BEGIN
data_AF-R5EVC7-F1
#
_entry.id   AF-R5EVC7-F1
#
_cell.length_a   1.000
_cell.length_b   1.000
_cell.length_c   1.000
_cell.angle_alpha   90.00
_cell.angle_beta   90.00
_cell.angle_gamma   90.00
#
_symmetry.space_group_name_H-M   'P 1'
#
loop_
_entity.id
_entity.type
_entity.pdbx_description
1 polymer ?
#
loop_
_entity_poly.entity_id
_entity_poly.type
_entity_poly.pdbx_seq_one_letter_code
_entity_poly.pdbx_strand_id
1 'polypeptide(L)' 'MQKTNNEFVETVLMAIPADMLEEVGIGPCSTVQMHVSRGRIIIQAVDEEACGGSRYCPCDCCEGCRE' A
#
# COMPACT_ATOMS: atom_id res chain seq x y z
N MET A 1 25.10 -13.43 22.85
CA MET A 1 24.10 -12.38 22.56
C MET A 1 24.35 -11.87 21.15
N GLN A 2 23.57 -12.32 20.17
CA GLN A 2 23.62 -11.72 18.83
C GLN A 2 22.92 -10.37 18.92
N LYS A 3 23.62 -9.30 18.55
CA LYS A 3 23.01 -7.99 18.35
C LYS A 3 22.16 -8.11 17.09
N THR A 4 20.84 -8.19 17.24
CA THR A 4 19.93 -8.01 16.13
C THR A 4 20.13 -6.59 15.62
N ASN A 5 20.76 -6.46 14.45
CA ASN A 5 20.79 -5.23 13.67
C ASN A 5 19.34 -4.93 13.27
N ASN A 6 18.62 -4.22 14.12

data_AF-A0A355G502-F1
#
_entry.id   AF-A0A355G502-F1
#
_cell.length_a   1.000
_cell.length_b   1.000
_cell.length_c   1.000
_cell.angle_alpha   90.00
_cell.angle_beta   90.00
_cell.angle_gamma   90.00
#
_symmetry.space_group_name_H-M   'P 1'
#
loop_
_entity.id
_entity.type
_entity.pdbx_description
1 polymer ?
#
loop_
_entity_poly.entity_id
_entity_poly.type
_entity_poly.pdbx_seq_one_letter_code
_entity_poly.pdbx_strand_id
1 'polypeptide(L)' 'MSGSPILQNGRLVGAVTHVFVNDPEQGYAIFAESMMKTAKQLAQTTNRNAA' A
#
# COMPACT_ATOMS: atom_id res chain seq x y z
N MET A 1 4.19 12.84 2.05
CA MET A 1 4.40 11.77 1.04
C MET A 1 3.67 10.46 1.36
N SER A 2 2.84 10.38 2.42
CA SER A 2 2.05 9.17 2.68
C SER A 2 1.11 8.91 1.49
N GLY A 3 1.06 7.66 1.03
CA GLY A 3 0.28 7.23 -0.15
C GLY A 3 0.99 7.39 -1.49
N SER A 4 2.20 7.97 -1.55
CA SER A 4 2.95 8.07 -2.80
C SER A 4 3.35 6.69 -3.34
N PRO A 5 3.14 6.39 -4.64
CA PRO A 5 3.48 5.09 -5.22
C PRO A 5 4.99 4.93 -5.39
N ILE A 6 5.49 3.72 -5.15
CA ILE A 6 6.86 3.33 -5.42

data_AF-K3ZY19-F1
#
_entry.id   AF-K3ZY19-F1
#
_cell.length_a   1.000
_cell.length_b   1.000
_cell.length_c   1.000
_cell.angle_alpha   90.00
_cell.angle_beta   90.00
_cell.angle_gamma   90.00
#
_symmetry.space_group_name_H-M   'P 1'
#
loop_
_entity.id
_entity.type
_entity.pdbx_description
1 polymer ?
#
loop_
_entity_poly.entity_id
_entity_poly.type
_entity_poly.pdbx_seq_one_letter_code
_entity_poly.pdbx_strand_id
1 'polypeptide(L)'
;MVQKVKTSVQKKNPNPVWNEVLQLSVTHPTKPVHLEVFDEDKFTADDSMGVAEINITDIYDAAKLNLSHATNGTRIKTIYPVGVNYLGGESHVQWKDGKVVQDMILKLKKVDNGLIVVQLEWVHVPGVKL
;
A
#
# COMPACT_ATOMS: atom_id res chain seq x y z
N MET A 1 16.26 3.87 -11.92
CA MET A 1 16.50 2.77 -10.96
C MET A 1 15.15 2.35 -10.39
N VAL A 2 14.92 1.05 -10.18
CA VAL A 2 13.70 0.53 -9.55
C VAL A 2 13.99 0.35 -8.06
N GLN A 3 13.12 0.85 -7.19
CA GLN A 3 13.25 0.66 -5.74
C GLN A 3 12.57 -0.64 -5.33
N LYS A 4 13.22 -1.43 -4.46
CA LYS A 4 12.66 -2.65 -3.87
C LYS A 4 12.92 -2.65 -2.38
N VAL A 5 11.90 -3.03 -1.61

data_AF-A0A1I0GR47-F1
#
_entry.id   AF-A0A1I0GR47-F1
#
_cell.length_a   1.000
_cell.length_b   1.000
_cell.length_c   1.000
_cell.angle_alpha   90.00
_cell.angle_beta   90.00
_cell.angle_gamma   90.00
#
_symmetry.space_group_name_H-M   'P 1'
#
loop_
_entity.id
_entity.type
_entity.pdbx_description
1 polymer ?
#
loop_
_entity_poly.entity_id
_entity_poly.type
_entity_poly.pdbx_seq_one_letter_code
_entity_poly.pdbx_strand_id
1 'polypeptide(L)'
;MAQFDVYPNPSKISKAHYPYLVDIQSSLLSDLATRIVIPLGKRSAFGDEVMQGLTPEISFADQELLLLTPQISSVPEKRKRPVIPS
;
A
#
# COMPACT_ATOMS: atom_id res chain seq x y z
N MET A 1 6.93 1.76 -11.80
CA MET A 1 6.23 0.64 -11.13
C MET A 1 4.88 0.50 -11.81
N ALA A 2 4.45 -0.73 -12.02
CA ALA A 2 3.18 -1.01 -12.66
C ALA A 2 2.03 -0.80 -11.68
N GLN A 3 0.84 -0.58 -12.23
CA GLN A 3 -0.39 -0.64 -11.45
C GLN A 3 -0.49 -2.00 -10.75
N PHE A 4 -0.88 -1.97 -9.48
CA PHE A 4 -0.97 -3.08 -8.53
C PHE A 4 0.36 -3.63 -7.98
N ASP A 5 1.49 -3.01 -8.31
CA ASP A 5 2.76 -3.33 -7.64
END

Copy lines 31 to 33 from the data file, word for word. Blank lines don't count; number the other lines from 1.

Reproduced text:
N GLN A 2 23.57 -12.32 20.17
CA GLN A 2 23.62 -11.72 18.83
C GLN A 2 22.92 -10.37 18.92